Posts Tagged ‘spring’

Spring is here and with that is warmer weather, blooming flowers, and the desire to explore the outdoors! While nature is a beautiful thing and wild places are a magical place to experience, not everyone has access to them. Whether it be because you live in a city, don’t have a lot of time off, or your country/area does not have a lot of native flora you are interested in seeing, there are other options for you! Zoos (and sometimes aquariums) are a wonderful option for people wanting to experience some extra plants in their life. The more updated style of zoos aims for a more natural look and strives to transport the visitor to the natural world of the animals they house. Exhibits with towering trees, lush grass, and even streams are more and more popular in the zoos of the world. Indoor pavilions provide tropical flowers and plants for the many birds and insects they house. Some areas have plants as the main focus!


There are a number of zoos worldwide that are also partnered with a botanical garden. Sometimes admission to both is included, or at least a discount ticket is offered. Not only does this give more variety to your visit but also the opportunity for experiencing new and exciting plants you never knew existed! I have definitely seen more species of plants in my life from visiting zoos!

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Visiting a zoo with a good horticulture department and staff really heightens your experience and makes for a better zoo visit. Seeing animals in a more natural environment in general is great, but in a natural environment with plants that are native to their wild ranges is even better. Yes, learning new facts about the animals you are seeing is fantastic, but what about learning about the plants! Did you know many zoos house plants that are extinct in the wild? Did you know some zoos have more species of plants than of animals? Maybe that there are over five zoos in the US that are officially recognized as museums due to their plant collections? Or how about that the Toronto Zoo’s collection of plants is said to be worth more than their animal collection?


So now that you’re craving a little more flora, where should you go? Any zoo that also has ‘Botanical Garden’ in the name is a good bet. Look to see if they house species like butterflies or tropical birds, or if they have any greenhouses or pavilions on site. If you’re still unsure, give them a call!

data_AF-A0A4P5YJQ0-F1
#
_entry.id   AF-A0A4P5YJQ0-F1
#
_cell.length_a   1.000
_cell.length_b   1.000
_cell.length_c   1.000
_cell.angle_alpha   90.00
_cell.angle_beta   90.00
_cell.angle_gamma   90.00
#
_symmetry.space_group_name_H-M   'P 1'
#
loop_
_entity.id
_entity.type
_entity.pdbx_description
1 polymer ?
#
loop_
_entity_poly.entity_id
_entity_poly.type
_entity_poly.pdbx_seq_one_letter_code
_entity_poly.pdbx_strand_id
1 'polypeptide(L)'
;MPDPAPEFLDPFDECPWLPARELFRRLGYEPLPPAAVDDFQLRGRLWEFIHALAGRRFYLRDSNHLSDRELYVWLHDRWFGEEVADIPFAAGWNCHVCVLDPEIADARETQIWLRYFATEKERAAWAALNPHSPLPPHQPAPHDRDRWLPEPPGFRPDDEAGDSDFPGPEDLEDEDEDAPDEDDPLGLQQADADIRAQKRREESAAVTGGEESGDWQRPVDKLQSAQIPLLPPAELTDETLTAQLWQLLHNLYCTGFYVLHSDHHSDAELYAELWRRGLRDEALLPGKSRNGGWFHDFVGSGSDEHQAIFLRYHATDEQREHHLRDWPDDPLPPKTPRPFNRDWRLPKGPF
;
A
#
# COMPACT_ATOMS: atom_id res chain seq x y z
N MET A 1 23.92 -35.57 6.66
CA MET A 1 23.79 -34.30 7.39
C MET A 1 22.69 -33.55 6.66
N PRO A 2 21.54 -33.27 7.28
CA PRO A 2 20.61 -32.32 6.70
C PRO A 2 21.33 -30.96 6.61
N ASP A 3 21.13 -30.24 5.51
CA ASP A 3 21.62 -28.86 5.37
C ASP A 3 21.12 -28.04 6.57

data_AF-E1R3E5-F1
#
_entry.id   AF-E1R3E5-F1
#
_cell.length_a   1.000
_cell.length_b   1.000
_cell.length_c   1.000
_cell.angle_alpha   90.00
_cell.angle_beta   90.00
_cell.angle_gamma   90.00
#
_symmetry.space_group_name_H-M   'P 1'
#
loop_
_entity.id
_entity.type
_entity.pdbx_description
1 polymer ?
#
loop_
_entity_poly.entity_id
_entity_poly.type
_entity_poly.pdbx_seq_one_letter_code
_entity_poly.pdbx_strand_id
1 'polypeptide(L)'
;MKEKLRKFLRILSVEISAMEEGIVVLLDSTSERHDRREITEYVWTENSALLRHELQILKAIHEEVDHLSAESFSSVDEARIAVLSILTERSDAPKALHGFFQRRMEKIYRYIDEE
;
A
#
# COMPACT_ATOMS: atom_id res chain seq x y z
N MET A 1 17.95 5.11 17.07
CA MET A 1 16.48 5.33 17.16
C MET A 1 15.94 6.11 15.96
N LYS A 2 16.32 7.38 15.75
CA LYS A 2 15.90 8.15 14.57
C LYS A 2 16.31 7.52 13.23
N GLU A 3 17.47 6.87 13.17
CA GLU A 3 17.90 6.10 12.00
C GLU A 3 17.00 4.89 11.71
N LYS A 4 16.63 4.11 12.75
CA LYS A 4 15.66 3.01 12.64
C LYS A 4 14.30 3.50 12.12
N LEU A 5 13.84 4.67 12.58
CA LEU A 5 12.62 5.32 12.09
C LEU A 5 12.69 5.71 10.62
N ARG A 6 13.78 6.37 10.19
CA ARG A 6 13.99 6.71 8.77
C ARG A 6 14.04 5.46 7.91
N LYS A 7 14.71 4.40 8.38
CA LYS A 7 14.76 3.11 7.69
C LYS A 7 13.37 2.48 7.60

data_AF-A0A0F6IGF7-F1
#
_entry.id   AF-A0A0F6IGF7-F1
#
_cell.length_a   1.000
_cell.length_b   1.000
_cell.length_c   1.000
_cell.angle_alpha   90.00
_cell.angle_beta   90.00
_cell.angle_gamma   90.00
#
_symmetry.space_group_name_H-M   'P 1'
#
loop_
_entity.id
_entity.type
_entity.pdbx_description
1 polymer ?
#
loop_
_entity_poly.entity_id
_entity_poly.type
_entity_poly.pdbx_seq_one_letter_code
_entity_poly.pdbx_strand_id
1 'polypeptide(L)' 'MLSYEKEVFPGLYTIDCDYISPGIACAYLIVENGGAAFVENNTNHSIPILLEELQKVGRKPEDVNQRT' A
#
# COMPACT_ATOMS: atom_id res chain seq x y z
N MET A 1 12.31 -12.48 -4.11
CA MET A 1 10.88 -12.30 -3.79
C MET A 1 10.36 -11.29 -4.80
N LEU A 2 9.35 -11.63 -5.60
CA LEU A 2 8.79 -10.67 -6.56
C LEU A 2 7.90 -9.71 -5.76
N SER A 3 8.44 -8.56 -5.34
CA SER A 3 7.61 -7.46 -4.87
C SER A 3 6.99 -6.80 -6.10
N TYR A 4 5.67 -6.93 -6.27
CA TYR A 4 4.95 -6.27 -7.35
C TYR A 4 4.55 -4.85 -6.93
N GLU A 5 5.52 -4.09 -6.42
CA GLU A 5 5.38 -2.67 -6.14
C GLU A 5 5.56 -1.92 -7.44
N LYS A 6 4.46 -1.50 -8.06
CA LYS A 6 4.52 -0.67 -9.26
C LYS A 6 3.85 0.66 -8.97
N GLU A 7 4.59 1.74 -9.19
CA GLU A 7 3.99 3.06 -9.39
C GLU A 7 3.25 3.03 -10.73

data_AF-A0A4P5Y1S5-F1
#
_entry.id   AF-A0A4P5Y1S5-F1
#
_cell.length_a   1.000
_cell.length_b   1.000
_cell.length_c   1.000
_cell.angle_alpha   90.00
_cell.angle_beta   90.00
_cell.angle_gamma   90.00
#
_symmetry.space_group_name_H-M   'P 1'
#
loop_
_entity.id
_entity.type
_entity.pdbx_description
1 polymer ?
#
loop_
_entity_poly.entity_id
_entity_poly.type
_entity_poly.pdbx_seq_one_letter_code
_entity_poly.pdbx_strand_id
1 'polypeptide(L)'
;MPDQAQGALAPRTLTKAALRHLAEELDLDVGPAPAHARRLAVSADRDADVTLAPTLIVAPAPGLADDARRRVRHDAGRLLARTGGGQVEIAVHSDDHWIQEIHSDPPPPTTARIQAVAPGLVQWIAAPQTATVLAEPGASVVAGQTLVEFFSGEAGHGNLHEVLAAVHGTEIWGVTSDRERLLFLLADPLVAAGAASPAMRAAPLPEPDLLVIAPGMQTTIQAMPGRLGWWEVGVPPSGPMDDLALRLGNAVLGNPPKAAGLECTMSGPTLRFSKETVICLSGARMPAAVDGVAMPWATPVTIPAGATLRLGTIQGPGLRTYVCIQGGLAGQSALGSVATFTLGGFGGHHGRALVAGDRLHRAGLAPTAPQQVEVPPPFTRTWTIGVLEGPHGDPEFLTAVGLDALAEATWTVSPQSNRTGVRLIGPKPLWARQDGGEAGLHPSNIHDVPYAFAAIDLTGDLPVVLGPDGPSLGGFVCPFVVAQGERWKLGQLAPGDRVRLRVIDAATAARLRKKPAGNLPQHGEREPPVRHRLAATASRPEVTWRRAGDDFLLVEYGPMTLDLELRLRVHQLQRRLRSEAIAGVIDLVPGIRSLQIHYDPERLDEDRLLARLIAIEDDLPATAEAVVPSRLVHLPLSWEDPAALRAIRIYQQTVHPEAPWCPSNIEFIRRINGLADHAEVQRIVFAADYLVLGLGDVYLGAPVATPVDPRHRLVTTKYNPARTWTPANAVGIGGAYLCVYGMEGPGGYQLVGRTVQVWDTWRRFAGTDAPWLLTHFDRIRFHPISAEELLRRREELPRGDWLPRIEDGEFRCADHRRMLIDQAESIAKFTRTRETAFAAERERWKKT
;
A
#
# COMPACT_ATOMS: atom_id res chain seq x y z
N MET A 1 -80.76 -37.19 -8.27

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While many plants are grown to be used as food and enrichment for the animals, most of the plant collection is used to enrich the exhibits and grounds of the zoo itself. So next time you’re visiting, take time to stop and smell the roses!



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TIP: Go All Year!

The zoo is a wonderful place to go on a day off with family and friends. For most people this would be in the summer when the kids are out of school, vacation time is booked, or the weather is nice. I would like to use this post to show some pros and cons of going to the zoo during different seasons. I went to a zoo in the middle of winter for the first time a couple years ago and it opened my eyes to a whole different experience!

****Reminder: These seasons are according to Southwestern Ontario. Weather patterns may be different where you are and should be factored in accordingly.****

– Pros: Warmer weather, increase in baby animals, prices may still be cheaper, most exhibits on display, more events to start promotions for busy season
– Cons: Higher potential for rain days, some exhibits may be still closed, slightly busy

– Pros: Best hours, Most amounts of exhibits open, baby animals, plenty of events/promotions, usually when new attractions/exhibits open, nice weather
– Cons: potentially too hot, lethargic/irritable animals, very busy/crowded, sometimes higher prices

– Pros: Nice weather, more active animals, less busy, most exhibits still open, potentially cheaper rates
– Cons: Potentially less exhibits open, Potentially bad weather

– Pros: Least amount of crowding, cheapest prices, active animals
– Cons: Cold, least amount of exhibits open, potentially construction

African Lion at the Toronto Zoo

African Lion at the Toronto Zoo in Winter

Overall, I feel that the more time you have at exhibits to fully appreciate the animals you spent the money to see the more fulfilling your trip. No matter what the time of year, if you go during the week instead of weekends and holidays it will be far less busy. If you go during the off season (if the zoo near you is open more than just July/August), the less crowded it will be. I have found it far more enjoyable to go in the fall and winter when the animals aren’t stressed from the heat and are moving around more – this way you get to understand their behaviours better.

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